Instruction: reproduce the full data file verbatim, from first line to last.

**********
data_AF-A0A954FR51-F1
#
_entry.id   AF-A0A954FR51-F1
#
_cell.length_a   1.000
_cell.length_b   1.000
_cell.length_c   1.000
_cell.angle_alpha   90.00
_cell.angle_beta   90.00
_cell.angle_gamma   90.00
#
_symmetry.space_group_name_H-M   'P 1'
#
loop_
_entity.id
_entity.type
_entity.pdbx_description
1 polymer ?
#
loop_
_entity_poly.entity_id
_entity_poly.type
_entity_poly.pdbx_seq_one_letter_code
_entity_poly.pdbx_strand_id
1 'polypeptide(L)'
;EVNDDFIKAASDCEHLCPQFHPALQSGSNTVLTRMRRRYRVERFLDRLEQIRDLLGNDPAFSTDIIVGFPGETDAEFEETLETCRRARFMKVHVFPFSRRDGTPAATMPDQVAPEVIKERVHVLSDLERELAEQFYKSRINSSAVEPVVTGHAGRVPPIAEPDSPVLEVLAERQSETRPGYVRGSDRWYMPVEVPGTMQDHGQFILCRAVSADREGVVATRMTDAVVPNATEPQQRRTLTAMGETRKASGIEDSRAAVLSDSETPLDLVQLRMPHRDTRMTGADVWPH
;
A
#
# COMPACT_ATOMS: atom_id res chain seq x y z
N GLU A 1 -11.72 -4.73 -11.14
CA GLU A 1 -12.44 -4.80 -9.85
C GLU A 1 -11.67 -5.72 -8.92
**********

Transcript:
data_AF-A0A954FR51-F1
#
_entry.id   AF-A0A954FR51-F1
#
_cell.length_a   1.000
_cell.length_b   1.000
_cell.length_c   1.000
_cell.angle_alpha   90.00
_cell.angle_beta   90.00
_cell.angle_gamma   90.00
#
_symmetry.space_group_name_H-M   'P 1'
#
loop_
_entity.id
_entity.type
_entity.pdbx_description
1 polymer ?
#
loop_
_entity_poly.entity_id
_entity_poly.type
_entity_poly.pdbx_seq_one_letter_code
_entity_poly.pdbx_strand_id
1 'polypeptide(L)'
;EVNDDFIKAASDCEHLCPQFHPALQSGSNTVLTRMRRRYRVERFLDRLEQIRDLLGNDPAFSTDIIVGFPGETDAEFEETLETCRRARFMKVHVFPFSRRDGTPAATMPDQVAPEVIKERVHVLSDLERELAEQFYKSRINSSAVEPVVTGHAGRVPPIAEPDSPVLEVLAERQSETRPGYVRGSDRWYMPVEVPGTMQDHGQFILCRAVSADREGVVATRMTDAVVPNATEPQQRRTLTAMGETRKASGIEDSRAAVLSDSETPLDLVQLRMPHRDTRMTGADVWPH
;
A
#
# COMPACT_ATOMS: atom_id res chain seq x y z
N GLU A 1 -11.72 -4.73 -11.14
CA GLU A 1 -12.44 -4.80 -9.85
C GLU A 1 -11.67 -5.72 -8.92